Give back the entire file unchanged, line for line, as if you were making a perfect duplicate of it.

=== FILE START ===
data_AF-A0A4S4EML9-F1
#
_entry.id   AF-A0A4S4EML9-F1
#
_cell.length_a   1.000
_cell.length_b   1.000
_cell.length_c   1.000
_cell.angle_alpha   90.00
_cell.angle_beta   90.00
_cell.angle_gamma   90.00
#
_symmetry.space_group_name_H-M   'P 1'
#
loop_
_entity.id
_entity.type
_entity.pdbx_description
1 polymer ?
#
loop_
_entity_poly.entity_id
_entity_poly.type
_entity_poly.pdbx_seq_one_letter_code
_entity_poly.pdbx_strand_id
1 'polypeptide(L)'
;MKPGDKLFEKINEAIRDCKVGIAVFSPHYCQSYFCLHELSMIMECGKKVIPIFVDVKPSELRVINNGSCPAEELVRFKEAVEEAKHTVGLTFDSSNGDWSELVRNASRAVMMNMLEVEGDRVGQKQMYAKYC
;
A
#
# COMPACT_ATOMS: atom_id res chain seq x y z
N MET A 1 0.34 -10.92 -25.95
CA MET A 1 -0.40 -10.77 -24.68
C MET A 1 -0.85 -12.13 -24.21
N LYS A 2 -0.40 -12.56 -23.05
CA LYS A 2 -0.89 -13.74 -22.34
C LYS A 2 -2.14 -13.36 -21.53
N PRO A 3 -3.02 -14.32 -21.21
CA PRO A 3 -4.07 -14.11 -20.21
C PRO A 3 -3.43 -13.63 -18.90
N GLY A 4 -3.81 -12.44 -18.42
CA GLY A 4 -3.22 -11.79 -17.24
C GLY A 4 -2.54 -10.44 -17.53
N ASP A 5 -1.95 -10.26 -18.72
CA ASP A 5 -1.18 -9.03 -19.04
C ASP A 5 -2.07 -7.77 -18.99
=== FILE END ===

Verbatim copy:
data_AF-A0A4S4EML9-F1
#
_entry.id   AF-A0A4S4EML9-F1
#
_cell.length_a   1.000
_cell.length_b   1.000
_cell.length_c   1.000
_cell.angle_alpha   90.00
_cell.angle_beta   90.00
_cell.angle_gamma   90.00
#
_symmetry.space_group_name_H-M   'P 1'
#
loop_
_entity.id
_entity.type
_entity.pdbx_description
1 polymer ?
#
loop_
_entity_poly.entity_id
_entity_poly.type
_entity_poly.pdbx_seq_one_letter_code
_entity_poly.pdbx_strand_id
1 'polypeptide(L)'
;MKPGDKLFEKINEAIRDCKVGIAVFSPHYCQSYFCLHELSMIMECGKKVIPIFVDVKPSELRVINNGSCPAEELVRFKEAVEEAKHTVGLTFDSSNGDWSELVRNASRAVMMNMLEVEGDRVGQKQMYAKYC
;
A
#
# COMPACT_ATOMS: atom_id res chain seq x y z
N MET A 1 0.34 -10.92 -25.95
CA MET A 1 -0.40 -10.77 -24.68
C MET A 1 -0.85 -12.13 -24.21
N LYS A 2 -0.40 -12.56 -23.05
CA LYS A 2 -0.89 -13.74 -22.34
C LYS A 2 -2.14 -13.36 -21.53
N PRO A 3 -3.02 -14.32 -21.21
CA PRO A 3 -4.07 -14.11 -20.21
C PRO A 3 -3.43 -13.63 -18.90
N GLY A 4 -3.81 -12.44 -18.42
CA GLY A 4 -3.22 -11.79 -17.24
C GLY A 4 -2.54 -10.44 -17.53
N ASP A 5 -1.95 -10.26 -18.72
CA ASP A 5 -1.18 -9.03 -19.04
C ASP A 5 -2.07 -7.77 -18.99